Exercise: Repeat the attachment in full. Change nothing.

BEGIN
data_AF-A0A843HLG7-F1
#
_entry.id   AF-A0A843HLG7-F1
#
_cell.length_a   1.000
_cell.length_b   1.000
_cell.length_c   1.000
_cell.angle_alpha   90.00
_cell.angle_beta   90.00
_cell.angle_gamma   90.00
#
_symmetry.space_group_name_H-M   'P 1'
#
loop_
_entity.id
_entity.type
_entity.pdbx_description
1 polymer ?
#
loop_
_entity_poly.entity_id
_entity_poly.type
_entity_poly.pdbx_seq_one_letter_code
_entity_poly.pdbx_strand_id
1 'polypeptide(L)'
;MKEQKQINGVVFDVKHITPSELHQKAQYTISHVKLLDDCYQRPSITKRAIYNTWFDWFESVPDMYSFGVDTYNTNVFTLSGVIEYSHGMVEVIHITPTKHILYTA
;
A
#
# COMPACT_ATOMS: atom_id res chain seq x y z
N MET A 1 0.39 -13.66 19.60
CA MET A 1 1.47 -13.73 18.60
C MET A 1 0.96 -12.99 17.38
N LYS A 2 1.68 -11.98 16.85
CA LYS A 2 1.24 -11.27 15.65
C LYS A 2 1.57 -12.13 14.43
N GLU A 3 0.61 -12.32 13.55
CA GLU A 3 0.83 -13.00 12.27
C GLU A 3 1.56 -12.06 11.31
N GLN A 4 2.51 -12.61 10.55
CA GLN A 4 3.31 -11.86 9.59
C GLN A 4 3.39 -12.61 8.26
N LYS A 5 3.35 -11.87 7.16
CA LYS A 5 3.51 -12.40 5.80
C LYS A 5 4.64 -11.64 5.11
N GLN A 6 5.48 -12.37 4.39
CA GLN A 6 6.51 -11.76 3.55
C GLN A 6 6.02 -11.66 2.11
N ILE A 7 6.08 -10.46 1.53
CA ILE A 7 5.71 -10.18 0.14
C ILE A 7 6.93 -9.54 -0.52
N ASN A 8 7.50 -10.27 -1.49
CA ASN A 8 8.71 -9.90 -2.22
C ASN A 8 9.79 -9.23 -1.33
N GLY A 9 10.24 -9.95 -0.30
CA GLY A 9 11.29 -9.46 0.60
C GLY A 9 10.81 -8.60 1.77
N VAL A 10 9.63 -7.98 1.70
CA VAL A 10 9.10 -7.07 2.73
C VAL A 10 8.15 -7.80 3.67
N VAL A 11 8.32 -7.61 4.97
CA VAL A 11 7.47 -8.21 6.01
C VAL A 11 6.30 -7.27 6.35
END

data_AF-A0A843HLG7-F1
#
_entry.id   AF-A0A843HLG7-F1
#
_cell.length_a   1.000
_cell.length_b   1.000
_cell.length_c   1.000
_cell.angle_alpha   90.00
_cell.angle_beta   90.00
_cell.angle_gamma   90.00
#
_symmetry.space_group_name_H-M   'P 1'
#
loop_
_entity.id
_entity.type
_entity.pdbx_description
1 polymer ?
#
loop_
_entity_poly.entity_id
_entity_poly.type
_entity_poly.pdbx_seq_one_letter_code
_entity_poly.pdbx_strand_id
1 'polypeptide(L)'
;MKEQKQINGVVFDVKHITPSELHQKAQYTISHVKLLDDCYQRPSITKRAIYNTWFDWFESVPDMYSFGVDTYNTNVFTLSGVIEYSHGMVEVIHITPTKHILYTA
;
A
#
# COMPACT_ATOMS: atom_id res chain seq x y z
N MET A 1 0.39 -13.66 19.60
CA MET A 1 1.47 -13.73 18.60
C MET A 1 0.96 -12.99 17.38
N LYS A 2 1.68 -11.98 16.85
CA LYS A 2 1.24 -11.27 15.65
C LYS A 2 1.57 -12.13 14.43
N GLU A 3 0.61 -12.32 13.55
CA GLU A 3 0.83 -13.00 12.27
C GLU A 3 1.56 -12.06 11.31
N GLN A 4 2.51 -12.61 10.55
CA GLN A 4 3.31 -11.86 9.59
C GLN A 4 3.39 -12.61 8.26
N LYS A 5 3.35 -11.87 7.16
CA LYS A 5 3.51 -12.40 5.80
C LYS A 5 4.64 -11.64 5.11
N GLN A 6 5.48 -12.37 4.39
CA GLN A 6 6.51 -11.76 3.55
C GLN A 6 6.02 -11.66 2.11
N ILE A 7 6.08 -10.46 1.53
CA ILE A 7 5.71 -10.18 0.14
C ILE A 7 6.93 -9.54 -0.52
N ASN A 8 7.50 -10.27 -1.49
CA ASN A 8 8.71 -9.90 -2.22
C ASN A 8 9.79 -9.23 -1.33
N GLY A 9 10.24 -9.95 -0.30
CA GLY A 9 11.29 -9.46 0.60
C GLY A 9 10.81 -8.60 1.77
N VAL A 10 9.63 -7.98 1.70
CA VAL A 10 9.10 -7.07 2.73
C VAL A 10 8.15 -7.80 3.67
N VAL A 11 8.32 -7.61 4.97
CA VAL A 11 7.47 -8.21 6.01
C VAL A 11 6.30 -7.27 6.35